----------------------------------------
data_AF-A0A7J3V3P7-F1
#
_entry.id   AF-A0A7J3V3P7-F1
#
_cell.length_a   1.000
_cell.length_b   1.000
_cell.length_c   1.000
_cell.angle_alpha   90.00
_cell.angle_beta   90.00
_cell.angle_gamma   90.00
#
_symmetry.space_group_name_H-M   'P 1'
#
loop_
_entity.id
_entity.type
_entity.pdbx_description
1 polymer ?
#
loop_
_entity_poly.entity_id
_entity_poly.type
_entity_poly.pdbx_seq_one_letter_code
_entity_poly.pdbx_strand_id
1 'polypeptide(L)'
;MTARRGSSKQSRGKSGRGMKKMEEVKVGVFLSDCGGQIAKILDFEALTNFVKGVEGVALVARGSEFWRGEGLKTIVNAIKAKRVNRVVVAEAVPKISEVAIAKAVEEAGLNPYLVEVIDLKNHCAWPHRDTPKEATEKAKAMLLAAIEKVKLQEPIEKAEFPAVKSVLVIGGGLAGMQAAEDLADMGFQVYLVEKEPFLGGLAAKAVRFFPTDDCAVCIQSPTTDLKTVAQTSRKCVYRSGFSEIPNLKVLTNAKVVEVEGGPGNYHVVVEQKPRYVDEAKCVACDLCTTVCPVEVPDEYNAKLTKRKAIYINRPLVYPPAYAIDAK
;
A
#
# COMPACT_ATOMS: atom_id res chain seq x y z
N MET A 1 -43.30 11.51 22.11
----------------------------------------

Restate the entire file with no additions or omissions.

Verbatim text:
data_AF-A0A7J3V3P7-F1
#
_entry.id   AF-A0A7J3V3P7-F1
#
_cell.length_a   1.000
_cell.length_b   1.000
_cell.length_c   1.000
_cell.angle_alpha   90.00
_cell.angle_beta   90.00
_cell.angle_gamma   90.00
#
_symmetry.space_group_name_H-M   'P 1'
#
loop_
_entity.id
_entity.type
_entity.pdbx_description
1 polymer ?
#
loop_
_entity_poly.entity_id
_entity_poly.type
_entity_poly.pdbx_seq_one_letter_code
_entity_poly.pdbx_strand_id
1 'polypeptide(L)'
;MTARRGSSKQSRGKSGRGMKKMEEVKVGVFLSDCGGQIAKILDFEALTNFVKGVEGVALVARGSEFWRGEGLKTIVNAIKAKRVNRVVVAEAVPKISEVAIAKAVEEAGLNPYLVEVIDLKNHCAWPHRDTPKEATEKAKAMLLAAIEKVKLQEPIEKAEFPAVKSVLVIGGGLAGMQAAEDLADMGFQVYLVEKEPFLGGLAAKAVRFFPTDDCAVCIQSPTTDLKTVAQTSRKCVYRSGFSEIPNLKVLTNAKVVEVEGGPGNYHVVVEQKPRYVDEAKCVACDLCTTVCPVEVPDEYNAKLTKRKAIYINRPLVYPPAYAIDAK
;
A
#
# COMPACT_ATOMS: atom_id res chain seq x y z
N MET A 1 -43.30 11.51 22.11